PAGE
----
Rent Shop Volunteer Join

Q. Who is Mr. Smarty Plants?

A: There are those who suspect Wildflower Center volunteers are the culpable and capable culprits. Yet, others think staff members play some, albeit small, role. You can torture us with your plant questions, but we will never reveal the Green Guru's secret identity.

Help us grow by giving to the Plant Database Fund or by becoming a member

Did you know you can access the Native Plant Information Network with your web-enabled smartphone?

Share

Ask Mr. Smarty Plants

Ask Mr. Smarty Plants is a free service provided by the staff and volunteers at the Lady Bird Johnson Wildflower Center.

Search Smarty Plants
See a list of all Smarty Plants questions

Please forgive us, but Mr. Smarty Plants has been overwhelmed by a flood of mail and must take a break for awhile to catch up. We hope to be accepting new questions again soon. Thank you!

Need help with plant identification, visit the plant identification page.

 
rate this answer
Not Yet Rated

Saturday - October 09, 2010

From: College Station, TX
Region: Southwest
Topic: Planting, Shrubs
Title: BEST SPACING AND EXPECTED HEIGHT FOR ACEROLA (BARBADOS CHERRY) IN COLLEGE STATION, TX
Answered by: Mike Tomme

QUESTION:

What is the best spacing for Malpighia glabra plants and how tall will they grow in College Station, TX?

ANSWER:

The ultimate size that any plant attains depends on a number of factors the most important of which are soil, water, light and temperature. (the genes of your individual plant count too). In College Station you can provide the part shade and sandy to clay dry soil Malpighia glabra (Acerola) prefers. Temperature is going to be a bigger challenge.

Malpighia glabra is a Texas native plant most common in far south Texas, although the USDA shows it to be distributed as far north as Dallas. The Texas A&M Native Plants Database talks about its desirability as shrub for gardens south of Austin, but also recognizes root hardy plants in the Dallas area. Here is a previous Mr. Smarty Plants answer discussing freezing problems in the Austin area.

In the College Station area it is likely this plant will die back to the ground most if not every winter. After the first freeze, the plants will need heavy mulching until new growth emerges in the spring.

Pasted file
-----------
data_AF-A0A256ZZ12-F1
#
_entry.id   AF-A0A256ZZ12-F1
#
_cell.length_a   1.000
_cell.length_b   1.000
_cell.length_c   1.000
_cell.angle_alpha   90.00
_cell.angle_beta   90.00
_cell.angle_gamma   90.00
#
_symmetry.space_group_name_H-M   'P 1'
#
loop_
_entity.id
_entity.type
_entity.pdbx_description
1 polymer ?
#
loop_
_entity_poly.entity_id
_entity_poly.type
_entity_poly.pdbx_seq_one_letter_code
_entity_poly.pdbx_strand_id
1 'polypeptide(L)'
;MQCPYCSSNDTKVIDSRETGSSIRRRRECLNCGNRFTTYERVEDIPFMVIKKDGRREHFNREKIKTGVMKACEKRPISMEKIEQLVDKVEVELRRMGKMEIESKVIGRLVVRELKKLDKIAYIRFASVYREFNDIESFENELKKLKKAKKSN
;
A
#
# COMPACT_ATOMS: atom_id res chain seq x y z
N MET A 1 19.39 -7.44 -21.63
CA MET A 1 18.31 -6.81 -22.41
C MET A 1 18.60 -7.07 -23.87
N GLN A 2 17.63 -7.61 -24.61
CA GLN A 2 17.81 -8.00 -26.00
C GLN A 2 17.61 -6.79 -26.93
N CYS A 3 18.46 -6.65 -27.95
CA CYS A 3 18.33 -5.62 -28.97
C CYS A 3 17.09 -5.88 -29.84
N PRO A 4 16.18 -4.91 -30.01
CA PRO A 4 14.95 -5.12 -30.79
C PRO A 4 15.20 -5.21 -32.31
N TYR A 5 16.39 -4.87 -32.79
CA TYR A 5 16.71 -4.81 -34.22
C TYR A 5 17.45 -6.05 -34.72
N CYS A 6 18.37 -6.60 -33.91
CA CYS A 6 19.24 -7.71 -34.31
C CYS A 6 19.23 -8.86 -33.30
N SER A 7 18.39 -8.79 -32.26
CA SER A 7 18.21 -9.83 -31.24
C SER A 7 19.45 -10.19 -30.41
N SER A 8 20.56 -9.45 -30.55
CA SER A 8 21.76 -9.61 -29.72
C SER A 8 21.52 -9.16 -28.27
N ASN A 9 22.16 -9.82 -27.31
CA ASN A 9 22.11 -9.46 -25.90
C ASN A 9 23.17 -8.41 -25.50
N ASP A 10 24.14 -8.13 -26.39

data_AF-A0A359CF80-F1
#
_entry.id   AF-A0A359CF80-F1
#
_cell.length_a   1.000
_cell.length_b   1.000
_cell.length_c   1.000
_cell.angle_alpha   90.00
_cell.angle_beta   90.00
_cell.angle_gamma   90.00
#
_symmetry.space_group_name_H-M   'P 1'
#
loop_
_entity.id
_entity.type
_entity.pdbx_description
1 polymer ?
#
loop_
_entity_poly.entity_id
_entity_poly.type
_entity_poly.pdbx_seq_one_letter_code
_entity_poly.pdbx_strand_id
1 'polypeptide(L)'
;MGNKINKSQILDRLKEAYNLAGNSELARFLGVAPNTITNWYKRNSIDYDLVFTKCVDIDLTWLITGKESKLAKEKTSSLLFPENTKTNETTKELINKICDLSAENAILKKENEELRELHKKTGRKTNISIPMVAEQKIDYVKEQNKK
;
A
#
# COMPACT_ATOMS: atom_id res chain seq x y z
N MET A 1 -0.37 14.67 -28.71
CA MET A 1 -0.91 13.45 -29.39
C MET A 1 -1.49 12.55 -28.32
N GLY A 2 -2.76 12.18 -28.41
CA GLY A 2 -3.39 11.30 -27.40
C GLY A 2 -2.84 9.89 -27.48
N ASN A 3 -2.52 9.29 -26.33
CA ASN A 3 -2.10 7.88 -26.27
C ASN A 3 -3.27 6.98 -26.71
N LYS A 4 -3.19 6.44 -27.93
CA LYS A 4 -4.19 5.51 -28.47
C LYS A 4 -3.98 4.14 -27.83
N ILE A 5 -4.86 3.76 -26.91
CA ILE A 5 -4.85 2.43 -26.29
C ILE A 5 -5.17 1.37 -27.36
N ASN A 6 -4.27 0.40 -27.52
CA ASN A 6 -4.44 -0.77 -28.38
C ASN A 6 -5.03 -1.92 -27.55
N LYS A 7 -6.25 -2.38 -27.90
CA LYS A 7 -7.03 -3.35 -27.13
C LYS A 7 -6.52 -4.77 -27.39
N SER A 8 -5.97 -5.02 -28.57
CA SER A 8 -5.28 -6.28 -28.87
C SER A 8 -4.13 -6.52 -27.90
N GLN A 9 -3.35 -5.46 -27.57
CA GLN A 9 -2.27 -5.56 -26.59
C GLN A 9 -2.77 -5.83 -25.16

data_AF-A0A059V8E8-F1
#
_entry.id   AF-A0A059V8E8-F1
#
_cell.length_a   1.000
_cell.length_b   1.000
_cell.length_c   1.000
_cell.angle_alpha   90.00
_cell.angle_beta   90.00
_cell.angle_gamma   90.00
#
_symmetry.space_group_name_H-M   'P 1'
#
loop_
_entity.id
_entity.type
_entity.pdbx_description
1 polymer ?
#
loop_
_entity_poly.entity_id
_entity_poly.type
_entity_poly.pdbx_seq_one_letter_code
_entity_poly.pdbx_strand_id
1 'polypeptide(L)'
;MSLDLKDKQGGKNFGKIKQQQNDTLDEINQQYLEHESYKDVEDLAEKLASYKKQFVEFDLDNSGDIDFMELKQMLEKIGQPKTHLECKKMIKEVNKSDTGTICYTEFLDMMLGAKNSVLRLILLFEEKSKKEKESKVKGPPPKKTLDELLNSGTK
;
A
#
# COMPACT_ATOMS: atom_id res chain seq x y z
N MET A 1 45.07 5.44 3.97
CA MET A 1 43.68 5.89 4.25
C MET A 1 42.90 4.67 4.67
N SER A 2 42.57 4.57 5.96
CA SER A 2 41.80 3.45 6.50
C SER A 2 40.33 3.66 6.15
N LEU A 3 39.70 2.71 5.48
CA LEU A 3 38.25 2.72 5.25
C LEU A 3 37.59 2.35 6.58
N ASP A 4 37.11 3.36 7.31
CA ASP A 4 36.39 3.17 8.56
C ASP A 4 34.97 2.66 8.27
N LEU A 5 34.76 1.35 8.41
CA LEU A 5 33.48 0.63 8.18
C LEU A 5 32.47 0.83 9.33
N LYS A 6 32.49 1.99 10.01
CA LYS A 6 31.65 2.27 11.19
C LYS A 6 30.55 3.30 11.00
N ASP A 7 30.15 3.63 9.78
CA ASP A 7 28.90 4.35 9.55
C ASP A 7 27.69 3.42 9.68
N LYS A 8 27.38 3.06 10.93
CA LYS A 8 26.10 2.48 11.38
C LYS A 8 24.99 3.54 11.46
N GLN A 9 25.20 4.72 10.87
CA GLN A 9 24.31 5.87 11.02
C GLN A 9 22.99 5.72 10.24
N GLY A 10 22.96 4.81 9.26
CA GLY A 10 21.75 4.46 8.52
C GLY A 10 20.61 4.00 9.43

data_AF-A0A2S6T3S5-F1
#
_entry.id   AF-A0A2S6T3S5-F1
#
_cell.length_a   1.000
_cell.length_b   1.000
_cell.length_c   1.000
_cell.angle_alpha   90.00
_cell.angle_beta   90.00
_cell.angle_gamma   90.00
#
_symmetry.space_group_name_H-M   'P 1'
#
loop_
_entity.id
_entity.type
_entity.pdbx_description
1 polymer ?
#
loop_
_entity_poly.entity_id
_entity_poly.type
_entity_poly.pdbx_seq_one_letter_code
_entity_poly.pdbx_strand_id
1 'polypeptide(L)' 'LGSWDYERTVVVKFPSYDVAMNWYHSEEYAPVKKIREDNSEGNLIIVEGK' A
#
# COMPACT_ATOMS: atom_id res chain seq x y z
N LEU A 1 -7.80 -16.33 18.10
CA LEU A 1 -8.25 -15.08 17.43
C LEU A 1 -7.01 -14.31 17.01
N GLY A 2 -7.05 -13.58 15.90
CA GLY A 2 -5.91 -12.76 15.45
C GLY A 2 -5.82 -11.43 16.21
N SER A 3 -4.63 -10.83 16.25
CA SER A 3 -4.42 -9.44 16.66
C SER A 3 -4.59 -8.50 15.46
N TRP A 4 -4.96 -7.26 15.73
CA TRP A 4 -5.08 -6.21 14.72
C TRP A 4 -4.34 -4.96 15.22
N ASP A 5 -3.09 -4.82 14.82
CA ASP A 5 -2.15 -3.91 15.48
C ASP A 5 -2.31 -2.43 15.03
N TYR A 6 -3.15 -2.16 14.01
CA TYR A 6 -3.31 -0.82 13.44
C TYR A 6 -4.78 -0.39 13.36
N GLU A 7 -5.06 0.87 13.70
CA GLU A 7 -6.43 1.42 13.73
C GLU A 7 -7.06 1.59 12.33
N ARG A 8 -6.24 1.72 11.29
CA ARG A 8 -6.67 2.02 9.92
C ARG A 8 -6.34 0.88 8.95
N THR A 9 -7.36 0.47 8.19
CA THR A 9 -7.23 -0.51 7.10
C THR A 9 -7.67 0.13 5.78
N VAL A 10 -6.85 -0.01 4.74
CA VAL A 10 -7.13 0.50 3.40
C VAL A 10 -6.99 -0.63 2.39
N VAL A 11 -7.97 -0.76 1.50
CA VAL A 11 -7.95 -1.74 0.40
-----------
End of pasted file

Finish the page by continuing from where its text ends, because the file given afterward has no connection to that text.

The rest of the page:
The Texas A&M description says Malpighia glabra can attain heights up to nine feet. Since yours will be starting from the ground up almost every year, they almost certainly will never get that tall. They will more likely be about two feet tall with a spread of about two feet. Thus, a spacing of two feet should give them plenty of room, but achieve an appearance of dense growth.

 

From the Image Gallery


Barbados cherry
Malpighia glabra

More Shrubs Questions

Shrub to scrren house from dust from gravel road
July 28, 2013 - HI: We live in the foothills of Dobbins, California (2 hours North of Sacramento, Ca). I live on a gravel dirt road with traffic that goes about 45 miles an hour. When they drive by our house it lo...
view the full question and answer

Blue plants or flowers in Baltimore, MD
July 27, 2007 - I have a taxi company in the city called Bluecab. The headquarters is in an industrial area and the soil is tough and well, industrial. There will be no watering or maintenance done. Looks like a car ...
view the full question and answer

Landscaping in Bertram TX
September 25, 2009 - I have a landscaping job in Bertram, Texas and am looking for all my options as far as full and partial shade somewhat hardy plants. I'm mainly looking for small plants and pretty flowers I can do wi...
view the full question and answer

Cenizos browning in Houston
October 01, 2011 - After this horrible drought, I am committed to xeriscaping with native Texas plants. The few hibiscus that survived have been transplanted into pots and are thriving. I bid the tiny boxwoods a fond fa...
view the full question and answer

Toxic trees and shrubs in Pennsylvania
September 30, 2008 - I have a long property edge that I have been gradually transforming from a former cattle pasture into a hedgerow of native trees and shrubs. Cattle still graze on the other side. Are there any toxic...
view the full question and answer

Support the Wildflower Center by Donating Online or Becoming a Member today.